Egyptian Internet Shutdown Batters Economy, Fails to Quell Protests

 
 
By Wayne Rash  |  Posted 2011-02-01 Email Print this article Print
 
 
 
 
 
 
 

News Analysis: Internet users in Egypt found ways around a government Internet blockade imposed in a futile attempt to cut off the flow of information it believed was helping to inspire and organize massive protests. Meanwhile Egyptian business was devastated.

The decision by the Egyptian government last week to shut down Internet access to the outside world has demonstrated that keeping people away from this global resource is virtually impossible. But that should be no surprise. When the U.S. Defense Advanced Research Projects Agency developed the Internet, it was designed to be nearly impossible to kill. The designers did their jobs well, as the Egyptian government discovered to it's sorrow.

The government allowed Internet service providers to restore connections at 11:59 a.m. Cairo time on Feb. 2 after apparently accepting that the shutdown had done nothing to quell violent protests calling for Egyptian President Hosni Mubarak to resign.

Initially, it seemed as if the act of ordering the overseas cables that connect Egypt to the outside world shut down would do the trick, but it didn't and the government had to also close off wireless access and it had to order the few ISPs in Egypt to shut down. At one point while I was researching this story, there was only one ISP that was allowed to keep running, and that was because it was intended for critical financial traffic, such as the stock exchange. But now that ISP has been shut down as well.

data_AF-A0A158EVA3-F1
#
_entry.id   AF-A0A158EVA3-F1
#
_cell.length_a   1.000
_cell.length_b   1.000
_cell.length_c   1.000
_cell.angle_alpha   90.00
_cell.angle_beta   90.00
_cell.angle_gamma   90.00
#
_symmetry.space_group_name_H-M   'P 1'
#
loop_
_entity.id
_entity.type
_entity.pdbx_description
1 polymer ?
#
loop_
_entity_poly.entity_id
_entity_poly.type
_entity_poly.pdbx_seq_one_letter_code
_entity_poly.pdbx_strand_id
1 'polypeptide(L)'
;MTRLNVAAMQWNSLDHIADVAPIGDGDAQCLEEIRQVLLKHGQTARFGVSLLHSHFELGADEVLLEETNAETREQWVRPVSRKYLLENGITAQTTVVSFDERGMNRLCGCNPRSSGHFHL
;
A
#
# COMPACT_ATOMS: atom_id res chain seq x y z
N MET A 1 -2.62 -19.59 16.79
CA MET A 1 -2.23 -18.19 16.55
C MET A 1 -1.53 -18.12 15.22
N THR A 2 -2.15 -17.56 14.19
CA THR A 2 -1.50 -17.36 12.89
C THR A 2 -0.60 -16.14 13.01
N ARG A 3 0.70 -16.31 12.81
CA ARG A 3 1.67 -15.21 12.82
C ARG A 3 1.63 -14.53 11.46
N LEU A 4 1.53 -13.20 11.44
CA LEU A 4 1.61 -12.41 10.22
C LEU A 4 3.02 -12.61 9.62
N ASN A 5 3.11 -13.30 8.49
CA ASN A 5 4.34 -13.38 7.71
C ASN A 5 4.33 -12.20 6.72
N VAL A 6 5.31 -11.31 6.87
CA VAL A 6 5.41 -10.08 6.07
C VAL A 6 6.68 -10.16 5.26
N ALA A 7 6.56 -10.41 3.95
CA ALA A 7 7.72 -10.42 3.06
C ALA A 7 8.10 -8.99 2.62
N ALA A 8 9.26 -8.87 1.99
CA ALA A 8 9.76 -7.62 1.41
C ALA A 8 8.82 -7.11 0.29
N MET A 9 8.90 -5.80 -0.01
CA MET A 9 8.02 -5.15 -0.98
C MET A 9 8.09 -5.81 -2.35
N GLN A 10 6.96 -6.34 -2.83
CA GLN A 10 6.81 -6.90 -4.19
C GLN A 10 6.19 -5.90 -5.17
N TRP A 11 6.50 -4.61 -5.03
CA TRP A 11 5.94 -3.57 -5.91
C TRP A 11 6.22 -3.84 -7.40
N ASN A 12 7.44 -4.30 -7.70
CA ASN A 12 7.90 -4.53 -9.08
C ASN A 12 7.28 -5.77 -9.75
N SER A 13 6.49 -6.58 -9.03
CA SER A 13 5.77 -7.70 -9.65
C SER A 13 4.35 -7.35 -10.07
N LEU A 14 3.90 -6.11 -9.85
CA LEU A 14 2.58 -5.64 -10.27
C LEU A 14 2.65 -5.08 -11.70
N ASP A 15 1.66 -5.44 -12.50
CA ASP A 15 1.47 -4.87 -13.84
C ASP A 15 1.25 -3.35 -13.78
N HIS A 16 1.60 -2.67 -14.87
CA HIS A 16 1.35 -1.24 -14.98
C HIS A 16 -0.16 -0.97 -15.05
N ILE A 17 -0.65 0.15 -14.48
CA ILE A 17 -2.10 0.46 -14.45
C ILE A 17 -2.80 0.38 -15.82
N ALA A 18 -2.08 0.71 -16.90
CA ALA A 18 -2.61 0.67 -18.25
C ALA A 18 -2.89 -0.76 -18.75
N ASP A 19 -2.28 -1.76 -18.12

Meanwhile, a consortium of U.S. companies made it possible to create Tweets using only a voice phone call. Google, Twitter and SayNow, which Google acquired only a few days ago, are enabling voice callers to use a service called Speak2Tweet. By calling one of several international phone numbers, Egyptians can create Tweets that are marked with a #egypt hashtag.  

Other Egyptians resorted to an earlier means of Internet access and using analog modems to dial into modem pools set up by a number of U.S. and European ISPs that are giving Egyptians free access during this emergency. Until the final Egyptian ISP was forced offline, many businesses had removed passwords from their WiFi access points and were allowing members of the public to use their Internet access-a practice that might explain why that financial services ISP was closed down. 

But, ultimately, Internet traffic still got in and out of Egypt, albeit more slowly than in the past. While traditional routers weren't doing anyone much good during the shutdown, the Internet has become so critical to society everywhere, including Egypt, that users will go to extreme lengths to retain any level of access to it. 

But access to individual users isn't the only problem caused by the Egyptian Internet shutdown. Egypt is a significant player in international trade. By cutting off the Internet, the Egyptian government caused grave damage to the Egyptian economy. Businesses can't sell their goods, get paid or deliver what they've already sold. Ships bearing Egyptian goods may have problems offloading those goods, and the buyers will have problems receiving them.  



 
 
 
 
Wayne Rash Wayne Rash is a Senior Analyst for eWEEK Labs and runs the magazine's Washington Bureau. Prior to joining eWEEK as a Senior Writer on wireless technology, he was a Senior Contributing Editor and previously a Senior Analyst in the InfoWorld Test Center. He was also a reviewer for Federal Computer Week and Information Security Magazine. Previously, he ran the reviews and events departments at CMP's InternetWeek.

He is a retired naval officer, a former principal at American Management Systems and a long-time columnist for Byte Magazine. He is a regular contributor to Plane & Pilot Magazine and The Washington Post.
 
 
 
 
 
 
 

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